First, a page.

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Men fear other men most: gender specific brain activations in perceiving threat from dynamic faces and bodies - an FMRI study

Authors
Kret, Mariska Esther
Grèzes, Julie
de Gelder, Beatrice
Published in Frontiers in Psychology. 2011, vol. 2, p. 3
Abstract Gender differences are an important factor regulating our daily interactions. Using functional magnetic resonance imaging we show that brain areas involved in processing social signals are activated differently by threatening signals send from male and female facial and bodily expressions and that their activation patterns are different for male and female observers. Male participants pay more attention to the female face as shown by increased amygdala activity. But a host of other areas show selective sensitivity for male observers attending to male threatening bodily expressions (extrastriate body area, superior temporal sulcus, fusiform gyrus, pre-supplementary motor area, and premotor cortex). This is the first study investigating gender differences in processing dynamic female and male facial and bodily expressions and it illustrates the importance of gender differences in affective communication.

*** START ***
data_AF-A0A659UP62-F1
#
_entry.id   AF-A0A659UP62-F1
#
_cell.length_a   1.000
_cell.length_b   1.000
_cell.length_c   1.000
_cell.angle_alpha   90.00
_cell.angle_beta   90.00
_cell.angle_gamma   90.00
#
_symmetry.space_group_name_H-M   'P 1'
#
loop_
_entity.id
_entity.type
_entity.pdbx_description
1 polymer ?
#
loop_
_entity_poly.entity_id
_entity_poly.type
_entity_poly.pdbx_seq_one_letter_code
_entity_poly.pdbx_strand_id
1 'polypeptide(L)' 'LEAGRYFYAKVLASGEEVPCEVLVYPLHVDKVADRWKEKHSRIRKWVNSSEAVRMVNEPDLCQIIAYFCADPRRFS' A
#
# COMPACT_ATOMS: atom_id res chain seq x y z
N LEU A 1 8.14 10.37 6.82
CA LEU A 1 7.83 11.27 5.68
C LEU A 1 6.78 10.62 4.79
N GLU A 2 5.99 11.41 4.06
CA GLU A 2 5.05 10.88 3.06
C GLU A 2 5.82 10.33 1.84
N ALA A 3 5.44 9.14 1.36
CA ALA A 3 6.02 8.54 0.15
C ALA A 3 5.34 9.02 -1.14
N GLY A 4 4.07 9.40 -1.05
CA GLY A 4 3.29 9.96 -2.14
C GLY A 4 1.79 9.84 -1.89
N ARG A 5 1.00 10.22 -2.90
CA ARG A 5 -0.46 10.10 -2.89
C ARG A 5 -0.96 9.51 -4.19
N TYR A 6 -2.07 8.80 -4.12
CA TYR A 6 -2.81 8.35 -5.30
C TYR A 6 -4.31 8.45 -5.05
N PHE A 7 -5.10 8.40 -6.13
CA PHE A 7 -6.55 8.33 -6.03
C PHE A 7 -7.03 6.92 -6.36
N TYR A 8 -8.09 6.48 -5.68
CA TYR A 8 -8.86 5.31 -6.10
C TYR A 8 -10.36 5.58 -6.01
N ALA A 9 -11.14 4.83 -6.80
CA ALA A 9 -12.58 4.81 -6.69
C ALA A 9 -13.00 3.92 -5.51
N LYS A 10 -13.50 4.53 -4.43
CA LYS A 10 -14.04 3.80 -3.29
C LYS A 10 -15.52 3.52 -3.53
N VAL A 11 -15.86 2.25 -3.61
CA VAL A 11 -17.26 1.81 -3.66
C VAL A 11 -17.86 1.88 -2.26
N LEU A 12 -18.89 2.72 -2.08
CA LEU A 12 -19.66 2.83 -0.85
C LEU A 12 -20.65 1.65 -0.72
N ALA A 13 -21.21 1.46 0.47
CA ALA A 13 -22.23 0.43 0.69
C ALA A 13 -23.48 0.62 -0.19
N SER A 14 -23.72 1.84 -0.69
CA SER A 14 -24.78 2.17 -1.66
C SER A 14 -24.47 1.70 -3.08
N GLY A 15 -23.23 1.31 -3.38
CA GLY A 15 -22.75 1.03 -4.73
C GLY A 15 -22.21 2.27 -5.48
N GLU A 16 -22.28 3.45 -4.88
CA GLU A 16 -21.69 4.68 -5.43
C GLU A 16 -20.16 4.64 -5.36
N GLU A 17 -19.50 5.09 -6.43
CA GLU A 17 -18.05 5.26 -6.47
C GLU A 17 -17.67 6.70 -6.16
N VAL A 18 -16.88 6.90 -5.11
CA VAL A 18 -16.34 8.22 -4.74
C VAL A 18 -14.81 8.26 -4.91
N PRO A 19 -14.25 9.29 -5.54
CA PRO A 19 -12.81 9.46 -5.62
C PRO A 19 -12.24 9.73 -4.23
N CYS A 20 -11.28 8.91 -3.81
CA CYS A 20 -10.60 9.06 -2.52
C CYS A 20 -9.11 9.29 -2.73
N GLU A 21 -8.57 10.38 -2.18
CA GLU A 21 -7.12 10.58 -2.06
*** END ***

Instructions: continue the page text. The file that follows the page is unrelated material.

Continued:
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PMID: 21713131
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KRET, Mariska Esther et al. Men fear other men most: gender specific brain activations in perceiving threat from dynamic faces and bodies - an FMRI study. In: Frontiers in Psychology, 2011, vol. 2, p. 3. https://archive-ouverte.unige.ch/unige:48181

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Deposited on : 2015-03-13

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